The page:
The next time he opened his eyes, it was daylight. The thatch over his head told him he wasn’t in the forest. The excruciating pain jetting down his right side told him he wasn’t dead. The voice that called out to him wasn’t familiar, and it told him he wasn’t alone. He closed his eyes again.

Nothing moved in his mind. No sounds, no oddities. Not even the single thoughts that had once pierced through the veil of slumber nights before. The killing silence felt warm to his barely-realizing brain, and he relished it as a dream he’d wanted for years. Being this far from consciousness had its merits, he decided.

Like a wedge placed between cracks in the grains of dry timber, fingers jutted into Seb’s view. Long red-tipped blades, nail-less hands ripped open the black before his eyes revealing a pale green shine surrounding a figure he recognized, but couldn’t place the image inside any previous memory. The fingers grew into pallor arms and shoulders, pouring through the narrow slit as though it were not vertebrate, or even exoskeletal. Eventually, the oozing form displayed a head full of spikes piercing through cheeks and eye-lids, the nose broken in two places and the prominent structure of the face seeming to slump around the jaw line. It maintained some humanoid features: two eyes, though both seeping a jaundiced puss; a mouthful of rusted incisors, ears that disappeared where the lobe might have been suggested, and a single lock of blood-red hair that matched the sharp ends of its horny hands. It fully pried open the darkness, and stepped inside.

“You have the damnedest time with us, don’t you, Sebastian?” The words formed in its maw, solidifying as seemingly written language. Seb didn’t recognize the words, but understood them clearly. The words fell out of the monster’s lips and collected at its calloused hooves. “Don’t worry, though,” it spilled. “We’ve been ordered not to let you die. Not yet anyway.”

Its lope resembled a cartoonish stalker, reaching slowly outward, gently touching the hard surface below, but never getting far. Its other bodily motions resembled the way water sloshes in a bucket when you kick it lightly. The creature was out of shimmering, seeming unstable. Even the light that emanated from its body played across its body like water reflections. The pulse of its skin glow felt like a cushion of morning breath, uncomfortable, too close. Sebastian remembered this sensation to be indicative of a Fae underling, or, as it referred to itself, an Agent. If Seb could have rolled his eyes or propped his feet up on an orange crate or ottoman, he would have. This dream, however, left him bodiless.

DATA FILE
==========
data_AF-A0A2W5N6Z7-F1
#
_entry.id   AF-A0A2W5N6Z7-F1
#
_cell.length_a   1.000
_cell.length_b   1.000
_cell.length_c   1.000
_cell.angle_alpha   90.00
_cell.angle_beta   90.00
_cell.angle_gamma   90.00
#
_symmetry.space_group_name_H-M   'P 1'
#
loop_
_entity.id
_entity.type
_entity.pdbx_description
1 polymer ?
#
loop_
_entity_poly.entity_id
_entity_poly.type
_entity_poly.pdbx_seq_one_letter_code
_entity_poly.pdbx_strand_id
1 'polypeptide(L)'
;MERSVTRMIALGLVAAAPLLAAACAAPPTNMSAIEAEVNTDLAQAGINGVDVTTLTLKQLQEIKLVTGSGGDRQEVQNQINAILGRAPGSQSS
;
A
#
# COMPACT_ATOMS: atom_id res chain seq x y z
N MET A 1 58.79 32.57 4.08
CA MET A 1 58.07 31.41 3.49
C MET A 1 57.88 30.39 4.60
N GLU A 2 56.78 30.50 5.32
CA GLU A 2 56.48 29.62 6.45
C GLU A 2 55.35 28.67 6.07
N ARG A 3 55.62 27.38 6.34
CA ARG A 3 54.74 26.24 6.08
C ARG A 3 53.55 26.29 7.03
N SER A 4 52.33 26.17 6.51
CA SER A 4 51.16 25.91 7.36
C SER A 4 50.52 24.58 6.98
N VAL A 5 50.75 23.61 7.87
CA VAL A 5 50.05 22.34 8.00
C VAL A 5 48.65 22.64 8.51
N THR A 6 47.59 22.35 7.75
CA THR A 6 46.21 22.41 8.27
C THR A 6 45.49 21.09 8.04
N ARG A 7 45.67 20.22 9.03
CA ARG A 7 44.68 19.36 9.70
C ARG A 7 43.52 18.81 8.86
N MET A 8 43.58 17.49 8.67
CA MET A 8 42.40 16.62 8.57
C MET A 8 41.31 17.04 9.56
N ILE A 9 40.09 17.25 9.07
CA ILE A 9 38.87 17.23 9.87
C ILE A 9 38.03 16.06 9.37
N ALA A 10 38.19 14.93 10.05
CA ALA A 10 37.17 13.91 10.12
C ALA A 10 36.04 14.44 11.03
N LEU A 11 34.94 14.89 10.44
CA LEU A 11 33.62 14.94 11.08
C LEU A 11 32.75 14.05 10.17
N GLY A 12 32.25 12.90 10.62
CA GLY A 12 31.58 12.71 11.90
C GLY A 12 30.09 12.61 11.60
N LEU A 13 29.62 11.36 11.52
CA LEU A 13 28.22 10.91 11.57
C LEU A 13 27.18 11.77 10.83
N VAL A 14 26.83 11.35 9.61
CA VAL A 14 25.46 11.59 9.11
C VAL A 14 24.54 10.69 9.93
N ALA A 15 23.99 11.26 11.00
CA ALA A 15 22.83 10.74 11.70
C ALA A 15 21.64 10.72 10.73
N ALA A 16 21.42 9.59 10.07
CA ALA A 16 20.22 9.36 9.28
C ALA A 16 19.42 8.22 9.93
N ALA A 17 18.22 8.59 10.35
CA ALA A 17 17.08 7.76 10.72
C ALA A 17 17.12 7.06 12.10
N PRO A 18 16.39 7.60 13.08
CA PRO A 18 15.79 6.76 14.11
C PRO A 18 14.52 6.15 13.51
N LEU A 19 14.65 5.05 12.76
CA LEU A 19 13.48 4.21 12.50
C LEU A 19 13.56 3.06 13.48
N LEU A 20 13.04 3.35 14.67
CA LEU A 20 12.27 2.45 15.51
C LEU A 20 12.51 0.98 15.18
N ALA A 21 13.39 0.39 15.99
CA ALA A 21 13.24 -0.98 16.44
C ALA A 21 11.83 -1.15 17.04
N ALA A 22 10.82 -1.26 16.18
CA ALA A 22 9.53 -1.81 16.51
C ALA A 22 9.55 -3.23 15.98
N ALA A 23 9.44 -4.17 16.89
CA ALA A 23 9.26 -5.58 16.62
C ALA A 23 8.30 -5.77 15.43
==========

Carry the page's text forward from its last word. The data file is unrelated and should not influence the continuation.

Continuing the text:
“I won’t stay long. I’m only the messenger. However, I do have to tell you something important.” Seb wanted to respond, but couldn’t, not even in an omnipresent, self-aware way.

“Your friends have been collected. All of them are dead,” it pushed closer to Sebastian splashing the words at its feet against something hard, causing a residual vibration to shoot in all directions in a dull buzz that could hurt your hands, “but for the one. Mallory, I do believe.” It wasn’t Mallory. There was not a Mallory in their group. Never had been. This was all a lie.

“We will release you from this hospitable home in three weeks. Hopefully, she will survive whatever we can think to do to her until then.” With that, it reached down and collected itself up in its own arms, pulling itself tighter and tighter until it sucked into a vanishing point. The peaceful black returned.

Seb knew this was they way they worked. Symbols, exaggerations, falsities pulled from the subconscious. They had no others tools. And though this was not vital information, it certainly had helped him deal with all the nightmares that had come long before this one. Something about the Agent’s words weren’t true, yet they weren’t completely false, and that was the rub. How can you expect to make any sense from a creature that lived only in the extremes of imagination, pulling all the factual information it could muster from whatever bits of neurochemical jargon it could get its grubby claws on at any given REM moment? Not the most efficient way of working, yet highly effective, given the situation. Luckily, he had a supposed three weeks to work out any details he could fathom.

Seb rolled his proverbial eyes back to face what would have been eyelids, and let himself drift in the void of his own mind.